Dental decay and periodontal (gum) disease are two entirely different diseases. But both have one thing in common—prevention can eliminate it taking place or at the very least limit the damage.Both dental decay and periodontitis are caused by dental plaque–an invisible, sticky bacterial substance that collects on the teeth. Remove the dental plaque daily, and you remove the cause of the disease.There are two ways to remove dental plaque. One is with a chemical rinse called chlorhexidine, available by prescription. The side effect of chlorhexidine is that it can leave dark stains on the teeth that have to be removed in the dental office.The best way to remove dental plaque is simple mechanical scrubbing with different kinds of toothbrushes and dental floss. Unfortunately, too many people don’t floss or brush correctly and end up leaving a lot of plaque. That’s why we’ve got video here to demonstrate the proper techniques for brushing and flossing. Take a look and help yourself to a free dose of prevention.
Besides treating dental decay, we treat periodontal (gum) disease, which involves the gums and bone that support the teeth. But remember, both kinds of dental disease described above are caused mostly by tobacco usage and buildup of dental plaque
You, the patient, can eliminate these two causes of dental disease by not using tobacco products and removing dental plaque each day. (If you want to see the ravages of what chewing tobacco can do, go to the cosmetic bonding section of this web site.)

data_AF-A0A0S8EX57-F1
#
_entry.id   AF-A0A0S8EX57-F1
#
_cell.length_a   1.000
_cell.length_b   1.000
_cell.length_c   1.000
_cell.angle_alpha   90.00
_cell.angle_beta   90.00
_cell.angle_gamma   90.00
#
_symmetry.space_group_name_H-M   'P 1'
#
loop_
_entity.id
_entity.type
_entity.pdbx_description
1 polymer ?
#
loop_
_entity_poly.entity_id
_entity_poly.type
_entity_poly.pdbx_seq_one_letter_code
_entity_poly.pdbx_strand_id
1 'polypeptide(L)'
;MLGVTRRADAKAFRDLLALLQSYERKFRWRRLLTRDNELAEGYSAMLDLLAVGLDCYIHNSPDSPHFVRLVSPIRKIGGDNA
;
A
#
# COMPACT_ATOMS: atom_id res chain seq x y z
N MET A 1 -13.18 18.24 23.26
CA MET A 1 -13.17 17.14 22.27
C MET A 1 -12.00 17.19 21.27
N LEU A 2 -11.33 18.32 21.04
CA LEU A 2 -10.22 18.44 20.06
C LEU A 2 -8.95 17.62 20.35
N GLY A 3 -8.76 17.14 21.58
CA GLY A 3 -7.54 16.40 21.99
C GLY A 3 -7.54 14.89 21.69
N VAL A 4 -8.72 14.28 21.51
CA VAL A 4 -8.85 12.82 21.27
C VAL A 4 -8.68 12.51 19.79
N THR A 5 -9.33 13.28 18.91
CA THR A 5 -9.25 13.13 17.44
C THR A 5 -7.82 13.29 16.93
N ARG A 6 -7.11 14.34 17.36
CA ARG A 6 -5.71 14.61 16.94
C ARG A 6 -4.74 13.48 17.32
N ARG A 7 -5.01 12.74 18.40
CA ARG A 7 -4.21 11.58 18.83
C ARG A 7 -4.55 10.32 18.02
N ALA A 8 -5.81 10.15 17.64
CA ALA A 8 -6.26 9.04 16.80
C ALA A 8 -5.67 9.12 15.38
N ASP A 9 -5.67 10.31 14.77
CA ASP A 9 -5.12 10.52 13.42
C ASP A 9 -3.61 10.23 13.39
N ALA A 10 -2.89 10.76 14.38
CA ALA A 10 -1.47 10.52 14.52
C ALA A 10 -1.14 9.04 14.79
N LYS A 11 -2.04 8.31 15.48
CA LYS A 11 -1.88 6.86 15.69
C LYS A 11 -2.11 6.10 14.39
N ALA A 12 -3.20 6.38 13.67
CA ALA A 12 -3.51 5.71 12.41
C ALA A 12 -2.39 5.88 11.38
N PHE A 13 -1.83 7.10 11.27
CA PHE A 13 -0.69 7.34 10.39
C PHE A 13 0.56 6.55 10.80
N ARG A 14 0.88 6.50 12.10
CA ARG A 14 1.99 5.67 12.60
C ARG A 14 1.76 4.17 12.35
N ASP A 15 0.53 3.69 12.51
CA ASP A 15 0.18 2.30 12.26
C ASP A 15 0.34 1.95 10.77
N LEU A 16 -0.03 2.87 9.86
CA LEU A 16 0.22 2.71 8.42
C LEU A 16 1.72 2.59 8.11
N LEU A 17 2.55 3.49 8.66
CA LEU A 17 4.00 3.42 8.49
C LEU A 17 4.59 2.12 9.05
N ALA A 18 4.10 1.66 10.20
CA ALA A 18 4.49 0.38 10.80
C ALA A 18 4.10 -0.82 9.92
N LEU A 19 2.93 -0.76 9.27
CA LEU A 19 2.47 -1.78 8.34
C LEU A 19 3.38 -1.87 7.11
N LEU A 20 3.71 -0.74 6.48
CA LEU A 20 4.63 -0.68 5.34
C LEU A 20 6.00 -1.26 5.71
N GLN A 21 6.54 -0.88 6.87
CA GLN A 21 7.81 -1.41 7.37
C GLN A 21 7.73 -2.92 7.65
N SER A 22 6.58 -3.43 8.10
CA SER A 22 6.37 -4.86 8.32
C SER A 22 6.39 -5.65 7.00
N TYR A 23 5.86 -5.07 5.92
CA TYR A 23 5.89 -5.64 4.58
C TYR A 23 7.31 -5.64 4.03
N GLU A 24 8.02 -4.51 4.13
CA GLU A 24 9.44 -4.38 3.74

Unfortunately, dental plaque is white in color and mostly invisible. The only way to spot it is by applying disclosing solution which we offer all of our patients. You paint it on with a q-tip and rinse out your mouth. The bacterial plaque is where the red splotches are.
When you brush, you need a soft bristle brush that you can gently rotate back and forth at a 45 degree angle to the teeth going toward the gum line. You should only try to brush about 3 teeth at a time. Remember to brush all three surfaces of your teeth–the front side (obviously), the tongue side, and the tops of the molars and premolars.
When you floss, always wrap at least 18 inches on the middle finger of your right hand and just enough on your left hand middle finger to serve as an “empty spool.”
After advancing the floss between the contact of your teeth, slide the floss up and down each tooth in the contact. That’s up and down–not back and forth.
Going back and forth only flosses the width of the floss! When you finish that contact, wrap the dirty floss on your left hand and advance clean floss from your right middle finger.
Notice you are using your index finger and thumb to guide the floss–that’s where your best dexterity is.
Proxy brushes can go in between some teeth. The ones made by Butler can fold up and go in your pocket.It’s been estimated that 70 percent of tooth decay occurs on the tops (occlusal) of molar and premolar teeth. These teeth can be protected from decay if sealants are applied soon enough. Sealants are quick and painless. Sealants do not work in between the teeth however. Only flossing or proxy brushes can protect decay that occurs between the contacts of teeth. Still, sealants are a great investment.